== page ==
- Tuesday was a historic day for the United Kingdom, which got its first-ever non-white Prime Minister in Rishi Sunak, the former Chancellor of the Exchequer and Britain’s youngest Prime Minister in recent times.
- Sunak, 42, is of Indian descent and was born to parents who migrated to Britain from East Africa.
- The former investment banker and hedge fund manager will have the daunting task of trying to get the British economy back on the rails while attempting to unite the Conservative Party, which has produced three Prime Ministers in under two months.
- “Rishi Sunak becoming the first British Indian Prime Minister is an historic moment.
- This simply would not have been possible even a decade or two ago,” Sunder Katwala, director of British Future, a think tank that works in the area of identity and race, wrote on Monday when Mr. Sunak became Prime Minister-designate.
- “This will be a source of pride to many British Asians — including many who do not share Rishi Sunak’s Conservative politics,” he said.
- Sunak is married to an Indian citizen, AkshataMurty, who is the daughter of Infosys founder N.R. Narayana Murthy, and they have two daughters.
- He was chosen by his fellow Conservative MPs to lead the party and country, following former Prime Minister Liz Truss’s announcement last Thursday that she was resigning, having lost the support of her fellow MPs after a failed ‘mini budget’ that deeply rattled markets.
- “Rishi Sunak has been crowned by Tory MPs. It’s a coronation not an election,” Angela Rayner, deputy leader of the Labour Party tweeted on Monday. “He has no mandate and the British people have had no say. #GeneralElectionNow.
- Standing outside No.10 Downing Street shortly after being appointed by King Charles III around noon on Tuesday, Mr. Sunak vowed to bring stability to a country beleaguered by a cost-of-living crisis and a lack of stable leadership.
Short or long stay, Brexit Britain’s challenges remain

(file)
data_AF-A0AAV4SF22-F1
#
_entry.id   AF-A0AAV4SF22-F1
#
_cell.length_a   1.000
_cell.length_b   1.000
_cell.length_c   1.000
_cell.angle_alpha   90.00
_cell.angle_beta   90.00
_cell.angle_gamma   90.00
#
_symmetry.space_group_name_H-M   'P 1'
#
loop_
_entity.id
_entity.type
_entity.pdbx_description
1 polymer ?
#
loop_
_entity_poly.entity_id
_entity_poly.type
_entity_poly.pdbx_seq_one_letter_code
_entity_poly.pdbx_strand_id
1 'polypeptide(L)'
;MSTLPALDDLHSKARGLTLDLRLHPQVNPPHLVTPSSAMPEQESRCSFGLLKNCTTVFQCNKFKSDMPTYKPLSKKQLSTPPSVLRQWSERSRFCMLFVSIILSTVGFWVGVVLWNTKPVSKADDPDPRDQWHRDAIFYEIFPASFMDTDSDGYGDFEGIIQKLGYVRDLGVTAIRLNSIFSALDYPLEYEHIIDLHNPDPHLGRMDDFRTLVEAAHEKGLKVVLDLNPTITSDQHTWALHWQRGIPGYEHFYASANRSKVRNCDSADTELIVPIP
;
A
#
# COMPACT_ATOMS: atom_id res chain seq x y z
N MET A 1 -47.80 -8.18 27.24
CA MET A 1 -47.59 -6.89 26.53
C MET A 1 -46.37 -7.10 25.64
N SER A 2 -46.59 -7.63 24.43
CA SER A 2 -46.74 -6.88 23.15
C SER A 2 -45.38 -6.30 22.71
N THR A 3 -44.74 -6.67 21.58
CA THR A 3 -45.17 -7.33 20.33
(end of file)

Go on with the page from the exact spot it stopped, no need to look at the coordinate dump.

Rishi Sunak has claimed several records this week — Britain’s first Asian Prime Minister, the youngest in two centuries, and certainly the wealthiest in living memory.
His predecessor, Liz Truss, leaves with the record of the shortest serving Prime Minister, resigning after 45 days;
- the premier with the least support of her parliamentary colleagues;
- the leader who oversaw one of the worst declines in the value of the pound;
- perhaps even the leader who almost wrecked the British economy with her ideologically driven fiscal policies.
But the story of Liz Truss’ rise and fall, and of Rishi Sunak’s rise to become Britain’s fifth Prime Minister in six years is also the story of Brexit Britain.
This is the story of a country that voted to pull up the drawbridge in exchange for honeyed promises of ‘taking back control’ of immigration and its economy. Brexit Britain’s challenges remain.
Cameron to May
- To rewind, David Cameron called for a referendum in 2016 on whether Britain should remain in the European Union (EU). In a badly-worded ballot, the electorate were offered two choices: Remain (in the EU), or Leave.
- There was no explanation about what ‘leaving’ meant, or indeed how any future relationship with Britain’s largest trading partner might be managed.
- The country voted narrowly — 52% to 48% — in favour of Leave.
- The drafting of the referendum also indicated a one-off event.
- However, the subsequent six years have shown that Brexit could never be an event — it was a process, and one with a long tail.
- Thereafter, Britain has cycled through four other Prime Ministers in an attempt to disentangle itself from all the trading, financial, legal, bureaucratic and cultural ties that bind Britain to the world’s largest single market.
SOURCE: THE HINDU, THE ECONOMIC TIMES, PIB